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Gadget reads users' minds from their grip - tech - 17 February 2009 - New Scientist

MIT researchers have developed a "bar of soap" device consisting of a front and rear LCD display (to simulate a smartphone) that is able to change its display based on how it is being gripped. The researchers collected data from 13 users and were able to isolate the grip patterns that distinguish among remote control, PDA, camera, games controller, and cellular phone. The approach is 95% accurate when trained for a particular user and 70% accurate for an unfamiliar user.

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Fake finger reveals the secrets of touch : Nature News

Experiments with a pressure sensor covered with artificial fingerprints seems to indicate that the ridges amplify vibrations caused by surface roughness, making it possible for deeply-embedded nerve fibers to resolve surface texture. An experiment compared a sensor with and without surface microridges, and discovered that the ridges amplified surface roughness data by more than 100 times. These results could be used to improve the sensitivity of next-generation tactile sensors by coating them with fine surface ridges.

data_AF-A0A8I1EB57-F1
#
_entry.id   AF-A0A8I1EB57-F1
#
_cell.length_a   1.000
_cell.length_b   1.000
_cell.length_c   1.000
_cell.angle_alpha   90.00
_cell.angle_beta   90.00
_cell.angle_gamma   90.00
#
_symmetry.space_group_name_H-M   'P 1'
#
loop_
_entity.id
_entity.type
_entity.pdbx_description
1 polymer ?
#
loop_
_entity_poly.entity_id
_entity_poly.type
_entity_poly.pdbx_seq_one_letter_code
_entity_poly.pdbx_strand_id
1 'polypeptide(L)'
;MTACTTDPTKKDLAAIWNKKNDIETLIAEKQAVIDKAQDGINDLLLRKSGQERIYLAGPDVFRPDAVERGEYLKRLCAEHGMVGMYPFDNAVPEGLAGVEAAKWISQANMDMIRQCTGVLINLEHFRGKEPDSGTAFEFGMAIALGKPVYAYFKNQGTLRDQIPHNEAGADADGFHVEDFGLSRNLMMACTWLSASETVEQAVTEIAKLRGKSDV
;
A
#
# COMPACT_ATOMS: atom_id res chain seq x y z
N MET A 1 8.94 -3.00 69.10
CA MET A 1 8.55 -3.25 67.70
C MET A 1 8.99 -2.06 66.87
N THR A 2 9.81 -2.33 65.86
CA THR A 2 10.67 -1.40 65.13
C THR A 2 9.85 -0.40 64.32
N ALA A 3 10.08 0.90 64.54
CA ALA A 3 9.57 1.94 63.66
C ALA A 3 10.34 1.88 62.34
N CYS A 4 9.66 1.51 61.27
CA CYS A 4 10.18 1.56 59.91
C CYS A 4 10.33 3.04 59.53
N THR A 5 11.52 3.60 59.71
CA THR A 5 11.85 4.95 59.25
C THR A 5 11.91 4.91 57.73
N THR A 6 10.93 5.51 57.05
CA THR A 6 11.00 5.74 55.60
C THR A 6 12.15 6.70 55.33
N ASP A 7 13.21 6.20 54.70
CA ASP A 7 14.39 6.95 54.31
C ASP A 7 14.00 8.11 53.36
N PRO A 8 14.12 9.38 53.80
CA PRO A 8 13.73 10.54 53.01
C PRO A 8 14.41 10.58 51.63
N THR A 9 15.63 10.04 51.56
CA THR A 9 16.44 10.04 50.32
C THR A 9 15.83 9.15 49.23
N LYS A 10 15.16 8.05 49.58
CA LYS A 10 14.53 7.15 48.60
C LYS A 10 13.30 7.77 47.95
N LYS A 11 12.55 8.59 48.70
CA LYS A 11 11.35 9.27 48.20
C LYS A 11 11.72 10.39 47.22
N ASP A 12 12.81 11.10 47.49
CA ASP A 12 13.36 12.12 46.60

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Scientists Hack Cellphone to Analyze Blood, Detect Disease, Help Developing Nations

"Using only an LED, plastic light filter and some wires, scientists at UCLA have modded a cellphone into a portable blood tester capable of detecting HIV, malaria and other illnesses." In essence, a coherent light source illuminates a blood sample, a picture of which is captured by the cell phone. Custom software analyzes the sample and generates a preliminary diagnosis in minutes, at least enough to warrant finding a more qualified physician. The mod is intended as a cheap alternative for blood testing in remote villages.
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Spy moths in the US military

A moth remotely controlled by the release of chemicals from micro-fluidic implants.